Accessibility links

Russia: Clinton Expects Summit With Yeltsin

  • Joe Schneider

Washington, 29 January 1997 (RFE/RL) - U.S. President Bill Clinton says Russia's President Boris Yeltsin's continuing health problems should not alter the relations between the two countries in the near future.

Clinton told a Washington news conference Tuesday he was impressed how Yeltsin delegated responsibility to Prime Minister Viktor Chernomyrdin during the time of his heart surgery as well as his continuing convalescence.

Clinton said he expects the two leaders will hold a summit meeting as scheduled in March. He said the summit was important because he wants to discuss a number of crucial issues with the Russian president.

Clinton said NATO's eastward expansion as well as arms reduction will be on the summit agenda. He said the two leaders also have a number of economic issues to resolve. The U.S. president did not specify what those issues were.

Clinton discussed his scheduled meeting with Yeltsin during a wide-ranging news conference, which was dominated by the domestic agenda in the United States.

Yeltsin's continuing health problems have, however, raised concern among Russia's allies. The Russian President spent months away from the Kremlin last year because of health problems and underwent heart surgery on November 5. He appeared on television two weeks after the surgery, looking weak but upbeat.

But on January 6 Yeltsin became ill again. This time the Kremlin said the President was suffering from pneumonia. He again disappeared from public view, raising much speculation he was too ill to govern. He appeared on Russian television Tuesday, however. Yeltsin was shown meeting with Chernomyrdin during a short, working visit to the Kremlin.

Yeltsin's spokesman, Sergei Yastrzhembsky insists the President is recovering well. He said his personal impression was Yeltsin's health was improving. He said he expected the President to gradually increase his workload.

During his news conference, Clinton said he had no information that would contradict the statements from the Kremlin. Clinton said, "I have no reason to believe his condition is different" than what the Kremlin is reporting.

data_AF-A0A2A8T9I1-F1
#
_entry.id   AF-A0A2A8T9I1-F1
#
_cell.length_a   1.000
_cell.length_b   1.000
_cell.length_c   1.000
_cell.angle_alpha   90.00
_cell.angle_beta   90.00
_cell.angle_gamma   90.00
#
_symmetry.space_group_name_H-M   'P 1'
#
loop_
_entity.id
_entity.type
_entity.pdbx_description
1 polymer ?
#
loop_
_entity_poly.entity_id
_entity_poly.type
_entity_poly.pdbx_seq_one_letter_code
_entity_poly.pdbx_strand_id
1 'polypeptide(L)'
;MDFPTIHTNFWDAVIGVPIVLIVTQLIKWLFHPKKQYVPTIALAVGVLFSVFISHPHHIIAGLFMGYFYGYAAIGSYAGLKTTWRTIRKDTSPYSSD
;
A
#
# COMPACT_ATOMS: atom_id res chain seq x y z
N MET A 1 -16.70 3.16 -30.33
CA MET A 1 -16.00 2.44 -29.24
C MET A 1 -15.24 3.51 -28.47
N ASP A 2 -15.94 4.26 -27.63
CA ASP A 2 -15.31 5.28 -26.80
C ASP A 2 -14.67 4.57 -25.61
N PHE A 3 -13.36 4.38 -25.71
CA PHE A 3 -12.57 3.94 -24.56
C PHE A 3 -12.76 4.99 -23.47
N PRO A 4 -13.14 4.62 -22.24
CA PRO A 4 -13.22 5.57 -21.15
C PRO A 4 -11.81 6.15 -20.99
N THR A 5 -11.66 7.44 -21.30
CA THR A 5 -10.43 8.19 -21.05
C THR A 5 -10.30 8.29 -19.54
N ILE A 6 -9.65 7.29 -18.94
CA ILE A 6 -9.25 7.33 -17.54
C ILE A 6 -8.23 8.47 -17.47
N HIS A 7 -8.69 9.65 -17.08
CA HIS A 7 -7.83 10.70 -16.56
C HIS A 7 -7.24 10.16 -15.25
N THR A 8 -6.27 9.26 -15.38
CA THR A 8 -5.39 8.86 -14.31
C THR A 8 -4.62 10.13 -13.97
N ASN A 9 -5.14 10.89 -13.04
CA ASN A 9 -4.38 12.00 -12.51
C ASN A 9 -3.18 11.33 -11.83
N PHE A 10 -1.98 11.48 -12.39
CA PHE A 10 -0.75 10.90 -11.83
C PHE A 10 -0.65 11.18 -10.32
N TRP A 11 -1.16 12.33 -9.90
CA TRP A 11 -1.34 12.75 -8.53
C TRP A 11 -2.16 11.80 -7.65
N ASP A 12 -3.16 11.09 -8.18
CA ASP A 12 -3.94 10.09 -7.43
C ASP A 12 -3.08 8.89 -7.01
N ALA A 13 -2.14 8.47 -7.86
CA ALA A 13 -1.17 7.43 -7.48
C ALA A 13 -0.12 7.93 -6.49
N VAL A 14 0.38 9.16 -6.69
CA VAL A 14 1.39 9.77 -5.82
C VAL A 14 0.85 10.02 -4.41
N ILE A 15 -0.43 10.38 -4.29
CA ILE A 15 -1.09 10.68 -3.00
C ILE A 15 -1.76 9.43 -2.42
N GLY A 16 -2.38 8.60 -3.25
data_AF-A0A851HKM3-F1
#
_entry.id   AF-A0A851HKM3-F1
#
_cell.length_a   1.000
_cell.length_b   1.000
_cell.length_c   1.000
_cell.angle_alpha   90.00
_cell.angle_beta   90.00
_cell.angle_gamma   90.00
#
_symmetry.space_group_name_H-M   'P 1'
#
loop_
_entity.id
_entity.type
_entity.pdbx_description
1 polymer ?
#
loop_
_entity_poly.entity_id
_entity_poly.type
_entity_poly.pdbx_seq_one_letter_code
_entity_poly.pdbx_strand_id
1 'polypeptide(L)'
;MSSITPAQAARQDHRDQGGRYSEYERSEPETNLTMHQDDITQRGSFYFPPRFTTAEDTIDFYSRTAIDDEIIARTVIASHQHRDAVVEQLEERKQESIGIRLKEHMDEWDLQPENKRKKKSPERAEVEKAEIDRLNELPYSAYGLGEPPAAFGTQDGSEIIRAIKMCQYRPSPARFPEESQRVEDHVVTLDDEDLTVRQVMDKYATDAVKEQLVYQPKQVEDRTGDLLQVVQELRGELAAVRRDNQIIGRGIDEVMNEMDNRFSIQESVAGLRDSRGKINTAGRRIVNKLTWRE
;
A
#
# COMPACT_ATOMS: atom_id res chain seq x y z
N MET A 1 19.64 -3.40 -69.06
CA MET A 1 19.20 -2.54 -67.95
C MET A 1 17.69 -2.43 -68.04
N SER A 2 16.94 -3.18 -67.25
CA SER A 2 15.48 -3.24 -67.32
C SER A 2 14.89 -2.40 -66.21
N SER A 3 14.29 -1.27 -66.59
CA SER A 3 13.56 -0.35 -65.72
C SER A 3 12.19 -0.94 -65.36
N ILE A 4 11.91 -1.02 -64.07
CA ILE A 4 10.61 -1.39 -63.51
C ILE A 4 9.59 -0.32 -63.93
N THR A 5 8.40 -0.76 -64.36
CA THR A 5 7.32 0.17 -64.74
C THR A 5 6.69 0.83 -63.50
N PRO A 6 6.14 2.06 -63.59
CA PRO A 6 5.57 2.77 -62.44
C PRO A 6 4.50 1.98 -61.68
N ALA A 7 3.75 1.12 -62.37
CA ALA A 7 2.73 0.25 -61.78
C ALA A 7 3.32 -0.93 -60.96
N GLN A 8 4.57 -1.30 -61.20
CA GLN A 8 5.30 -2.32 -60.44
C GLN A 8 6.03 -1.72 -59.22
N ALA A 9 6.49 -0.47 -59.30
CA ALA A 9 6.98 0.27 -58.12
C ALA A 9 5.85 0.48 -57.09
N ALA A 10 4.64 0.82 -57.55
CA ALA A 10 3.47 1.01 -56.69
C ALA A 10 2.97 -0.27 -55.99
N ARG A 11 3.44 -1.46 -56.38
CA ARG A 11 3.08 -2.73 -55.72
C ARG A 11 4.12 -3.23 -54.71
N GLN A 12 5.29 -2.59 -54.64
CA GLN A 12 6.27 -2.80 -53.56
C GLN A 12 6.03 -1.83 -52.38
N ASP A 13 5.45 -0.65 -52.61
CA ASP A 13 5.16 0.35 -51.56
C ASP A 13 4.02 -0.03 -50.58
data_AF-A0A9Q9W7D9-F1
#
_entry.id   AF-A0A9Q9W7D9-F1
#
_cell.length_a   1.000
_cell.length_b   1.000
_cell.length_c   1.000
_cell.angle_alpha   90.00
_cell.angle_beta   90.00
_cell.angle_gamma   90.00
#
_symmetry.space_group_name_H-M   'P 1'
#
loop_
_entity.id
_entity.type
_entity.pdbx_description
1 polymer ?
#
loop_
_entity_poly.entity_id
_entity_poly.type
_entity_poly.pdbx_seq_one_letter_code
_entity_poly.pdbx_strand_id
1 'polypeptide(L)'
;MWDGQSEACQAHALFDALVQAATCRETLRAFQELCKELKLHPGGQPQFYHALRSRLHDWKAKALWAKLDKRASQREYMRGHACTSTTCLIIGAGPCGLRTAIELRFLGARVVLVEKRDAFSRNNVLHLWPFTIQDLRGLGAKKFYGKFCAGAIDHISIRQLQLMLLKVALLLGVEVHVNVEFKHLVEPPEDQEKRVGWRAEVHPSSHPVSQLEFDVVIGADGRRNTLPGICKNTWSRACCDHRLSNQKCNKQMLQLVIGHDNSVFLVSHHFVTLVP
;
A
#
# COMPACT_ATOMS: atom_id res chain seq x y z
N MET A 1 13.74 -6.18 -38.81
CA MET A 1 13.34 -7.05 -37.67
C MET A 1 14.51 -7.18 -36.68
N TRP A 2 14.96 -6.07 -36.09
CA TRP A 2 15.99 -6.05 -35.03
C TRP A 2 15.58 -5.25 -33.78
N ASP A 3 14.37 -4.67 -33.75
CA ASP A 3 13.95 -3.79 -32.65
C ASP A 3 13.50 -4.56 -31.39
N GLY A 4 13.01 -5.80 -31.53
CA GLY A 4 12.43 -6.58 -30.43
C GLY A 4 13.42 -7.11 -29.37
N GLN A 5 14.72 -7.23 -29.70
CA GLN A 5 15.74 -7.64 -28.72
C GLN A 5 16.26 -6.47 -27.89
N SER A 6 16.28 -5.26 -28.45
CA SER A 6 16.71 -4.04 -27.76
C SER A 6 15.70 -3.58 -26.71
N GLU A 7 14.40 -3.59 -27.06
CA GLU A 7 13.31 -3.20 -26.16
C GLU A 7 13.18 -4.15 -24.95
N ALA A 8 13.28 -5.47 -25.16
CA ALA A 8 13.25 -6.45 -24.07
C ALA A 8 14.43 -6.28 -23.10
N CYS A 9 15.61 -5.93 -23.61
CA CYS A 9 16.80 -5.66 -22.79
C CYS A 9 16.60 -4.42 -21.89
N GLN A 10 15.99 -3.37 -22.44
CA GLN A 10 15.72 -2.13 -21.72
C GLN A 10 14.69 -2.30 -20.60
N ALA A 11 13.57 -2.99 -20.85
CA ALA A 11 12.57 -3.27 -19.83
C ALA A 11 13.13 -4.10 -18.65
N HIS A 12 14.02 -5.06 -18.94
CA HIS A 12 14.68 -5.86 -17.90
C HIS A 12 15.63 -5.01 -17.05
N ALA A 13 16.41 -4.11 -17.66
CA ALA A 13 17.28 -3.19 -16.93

On a separate issue, Clinton predicted personal and economic freedoms in China will be liberalized. He said with the nature of economic change in the country and the available information about the rest of the world the sphere of liberty will increase over time. He said, like the fall of the Berlin Wall, liberalization in China is inevitable.

But Clinton expressed disappointment by the lack of progress on human rights in the communist country. China continues to jail pro-democracy dissidents and critics of the government.

Clinton said isolating China for its policies would not alter the situation there, however. He defended the U.S. policy of maintaining economic and high-level diplomatic contacts with China.

"Continued engagement with China has the greatest likelihood of a positive impact," he said.

Clinton also expressed concern China may restrict personal freedoms when it takes over Hong Kong in July. But he added such a policy would be detrimental to China and he hoped Chinese leaders realize that.

"I'm not so sure that it can exist with all of its potential to help China modernize its own economy, and open opportunities for its own people, if the civil liberties of the people are crushed" in Hong Kong, Clinton said.